Improvised Freedom, Clarity of Light
DANISH artist Kjeld Ulrich now lives and works in the south of France. Most of his career so far, however, has developed in his own country (45 years in Scandinavia; just four in France), and it is in Denmark that he is still best known and where he sells more of his work than elsewhere.
His work has a distinctly northern-European tenor; a cool clarity of light underlies its apparently improvised freedoms. Ruggedness belies an easy elegance, so that lucid spontaneity is saved from slickness by the interruptions of an intriguing awkwardness or primitivism.
Asked if he has been affected by the prehistoric art of the cavemen, he sidesteps the question by pointing out that he now lives near Lascaux - where one of the most remarkable of such caves is - but that he never visits because he is afraid to. The implication is that he wants his own primitive springs of inspiration to be his own and not some secondhand imitation of a remote people.
What he says about his "motifs" is to the point: "I use stupid forms." He loves forms that are "banal," of no intrinsic value. He mentions a "little animal hanging," like a cow, that recurs as one of his motifs, coming down to his present work from something he saw in a butcher's shop 20 years ago.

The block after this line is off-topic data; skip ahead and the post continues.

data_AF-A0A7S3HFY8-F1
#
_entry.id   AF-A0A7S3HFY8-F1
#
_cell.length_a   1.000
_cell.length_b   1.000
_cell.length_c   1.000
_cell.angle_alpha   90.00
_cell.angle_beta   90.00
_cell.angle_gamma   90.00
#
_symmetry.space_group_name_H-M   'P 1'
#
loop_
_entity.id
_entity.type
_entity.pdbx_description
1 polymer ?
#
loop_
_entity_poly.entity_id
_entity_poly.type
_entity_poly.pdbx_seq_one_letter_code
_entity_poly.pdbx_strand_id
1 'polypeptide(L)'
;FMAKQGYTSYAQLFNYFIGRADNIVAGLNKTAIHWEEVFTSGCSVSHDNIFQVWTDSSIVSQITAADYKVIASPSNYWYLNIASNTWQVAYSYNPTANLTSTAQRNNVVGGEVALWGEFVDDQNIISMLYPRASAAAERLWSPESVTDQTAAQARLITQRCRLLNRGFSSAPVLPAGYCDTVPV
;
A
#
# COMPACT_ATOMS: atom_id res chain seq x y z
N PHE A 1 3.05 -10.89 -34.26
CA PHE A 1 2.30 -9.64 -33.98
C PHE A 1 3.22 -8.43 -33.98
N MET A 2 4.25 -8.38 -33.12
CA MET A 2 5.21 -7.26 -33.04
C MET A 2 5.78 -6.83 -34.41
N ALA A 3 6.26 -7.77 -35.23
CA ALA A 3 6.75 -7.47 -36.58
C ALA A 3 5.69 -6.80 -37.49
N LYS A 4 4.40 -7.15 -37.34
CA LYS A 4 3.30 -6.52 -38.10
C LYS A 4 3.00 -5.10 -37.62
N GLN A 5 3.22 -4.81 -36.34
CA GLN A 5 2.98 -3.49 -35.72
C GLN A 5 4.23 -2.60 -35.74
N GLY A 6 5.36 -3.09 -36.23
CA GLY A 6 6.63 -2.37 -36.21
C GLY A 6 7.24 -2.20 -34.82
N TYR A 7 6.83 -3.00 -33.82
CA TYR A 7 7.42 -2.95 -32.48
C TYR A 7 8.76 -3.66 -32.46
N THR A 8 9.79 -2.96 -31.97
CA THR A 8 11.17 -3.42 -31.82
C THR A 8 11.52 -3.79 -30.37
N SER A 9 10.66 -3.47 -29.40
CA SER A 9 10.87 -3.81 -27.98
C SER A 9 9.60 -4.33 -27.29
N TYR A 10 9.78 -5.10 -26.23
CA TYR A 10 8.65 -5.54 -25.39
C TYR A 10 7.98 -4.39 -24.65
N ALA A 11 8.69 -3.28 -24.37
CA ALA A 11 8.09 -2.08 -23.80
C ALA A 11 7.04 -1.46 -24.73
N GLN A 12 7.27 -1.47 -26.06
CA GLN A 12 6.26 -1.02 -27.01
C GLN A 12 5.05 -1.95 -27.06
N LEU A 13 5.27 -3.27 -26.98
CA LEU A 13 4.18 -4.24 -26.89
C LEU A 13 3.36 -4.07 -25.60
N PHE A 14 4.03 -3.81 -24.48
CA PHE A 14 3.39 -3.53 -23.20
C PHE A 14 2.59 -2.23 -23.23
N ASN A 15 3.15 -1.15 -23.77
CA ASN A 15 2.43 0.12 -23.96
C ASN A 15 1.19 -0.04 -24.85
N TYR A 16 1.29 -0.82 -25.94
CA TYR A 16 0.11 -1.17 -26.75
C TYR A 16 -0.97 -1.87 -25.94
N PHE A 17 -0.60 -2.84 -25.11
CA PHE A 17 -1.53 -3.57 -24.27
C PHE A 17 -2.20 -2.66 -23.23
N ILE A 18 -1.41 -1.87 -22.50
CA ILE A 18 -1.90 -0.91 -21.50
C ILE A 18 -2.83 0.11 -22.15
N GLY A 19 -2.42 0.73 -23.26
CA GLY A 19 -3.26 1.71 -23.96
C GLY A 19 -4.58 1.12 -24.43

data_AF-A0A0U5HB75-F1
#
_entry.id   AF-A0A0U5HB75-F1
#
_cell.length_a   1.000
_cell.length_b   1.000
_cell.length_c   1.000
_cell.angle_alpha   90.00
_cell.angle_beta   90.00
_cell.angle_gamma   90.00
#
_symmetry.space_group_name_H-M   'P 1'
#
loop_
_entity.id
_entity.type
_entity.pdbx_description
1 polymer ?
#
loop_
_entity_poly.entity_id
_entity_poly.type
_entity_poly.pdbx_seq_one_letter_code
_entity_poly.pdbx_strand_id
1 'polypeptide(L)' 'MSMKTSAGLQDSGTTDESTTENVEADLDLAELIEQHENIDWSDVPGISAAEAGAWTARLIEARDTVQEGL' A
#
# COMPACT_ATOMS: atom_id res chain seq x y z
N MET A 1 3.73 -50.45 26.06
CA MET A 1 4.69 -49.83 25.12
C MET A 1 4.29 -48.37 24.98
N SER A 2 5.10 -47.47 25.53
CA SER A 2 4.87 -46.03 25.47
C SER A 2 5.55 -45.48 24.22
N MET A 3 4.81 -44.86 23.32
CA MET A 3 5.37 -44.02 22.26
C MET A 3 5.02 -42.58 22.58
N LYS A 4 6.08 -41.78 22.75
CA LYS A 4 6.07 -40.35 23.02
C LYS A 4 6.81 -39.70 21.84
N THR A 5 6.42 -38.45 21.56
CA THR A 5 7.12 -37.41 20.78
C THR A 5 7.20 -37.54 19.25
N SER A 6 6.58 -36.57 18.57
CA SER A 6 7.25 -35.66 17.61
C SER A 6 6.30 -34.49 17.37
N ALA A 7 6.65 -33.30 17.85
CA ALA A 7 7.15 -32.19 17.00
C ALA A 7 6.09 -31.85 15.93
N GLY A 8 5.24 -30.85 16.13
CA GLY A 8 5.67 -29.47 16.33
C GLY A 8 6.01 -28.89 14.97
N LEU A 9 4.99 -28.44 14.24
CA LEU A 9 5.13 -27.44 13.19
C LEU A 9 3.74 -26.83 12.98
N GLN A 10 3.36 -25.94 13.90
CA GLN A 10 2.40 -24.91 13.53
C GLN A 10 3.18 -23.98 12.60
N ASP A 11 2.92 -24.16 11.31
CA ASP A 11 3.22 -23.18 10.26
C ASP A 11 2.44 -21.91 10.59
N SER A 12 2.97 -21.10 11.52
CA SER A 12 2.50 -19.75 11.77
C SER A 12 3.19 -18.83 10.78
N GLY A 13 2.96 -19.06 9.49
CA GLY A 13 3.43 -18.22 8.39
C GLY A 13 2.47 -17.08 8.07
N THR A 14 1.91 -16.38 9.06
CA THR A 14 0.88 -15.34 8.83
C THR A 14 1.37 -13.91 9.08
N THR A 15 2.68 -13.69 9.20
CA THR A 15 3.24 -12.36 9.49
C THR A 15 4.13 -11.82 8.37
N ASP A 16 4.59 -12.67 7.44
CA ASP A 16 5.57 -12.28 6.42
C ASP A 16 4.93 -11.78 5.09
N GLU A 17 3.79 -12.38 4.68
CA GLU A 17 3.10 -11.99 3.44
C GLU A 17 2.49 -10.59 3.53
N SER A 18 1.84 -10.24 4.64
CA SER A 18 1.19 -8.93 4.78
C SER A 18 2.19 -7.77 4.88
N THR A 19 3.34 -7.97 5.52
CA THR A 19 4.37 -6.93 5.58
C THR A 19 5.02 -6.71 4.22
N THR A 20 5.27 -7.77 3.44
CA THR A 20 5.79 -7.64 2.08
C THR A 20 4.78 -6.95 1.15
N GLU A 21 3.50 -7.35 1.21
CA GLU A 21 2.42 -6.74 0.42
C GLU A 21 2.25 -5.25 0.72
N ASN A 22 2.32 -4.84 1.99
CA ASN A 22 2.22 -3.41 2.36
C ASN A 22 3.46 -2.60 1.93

Ulrich's forms are in fact less important than the color they carry. It is as a colorist that Ulrich first thinks of himself. In the grays he is using at present, he reaches for a full range of fighting colors, but all contained within the grays: He talks of "strong contrasts of red and green." However, the grays do act as a calming and harmonizing presence, transforming what might have been violent into resonant liveliness. He uses black with a strong sensitivity.
When he worked in Denmark, he found that one color he "couldn't use" was "citron yellow." Now that he is in the south of France he is using it vigorously. He puts this down to the light he is now working in. In Scandinavia, he had to work much in artificial light to be able to paint for more than a few hours a day. In France, he works only in natural light.
Ulrich never names his works. But this does not mean he thinks they are abstract. He discredits the idea of painting "nothing."
"Whatever you do becomes something," he says. "The simplest mark can be a landscape."
His work, aimed at a simplicity that is difficult to achieve, allows the imagination of the viewer plenty of elbowroom. It is through color that he commands mood. In this, he acknowledges - though completely without obvious imitation - his admiration for one of Denmark's most haunting, tranquil but intense painters, Vilhelm Hammershoi (1864-1916).
"A painter like that," says Ulrich, "you can't escape from! And I don't want to."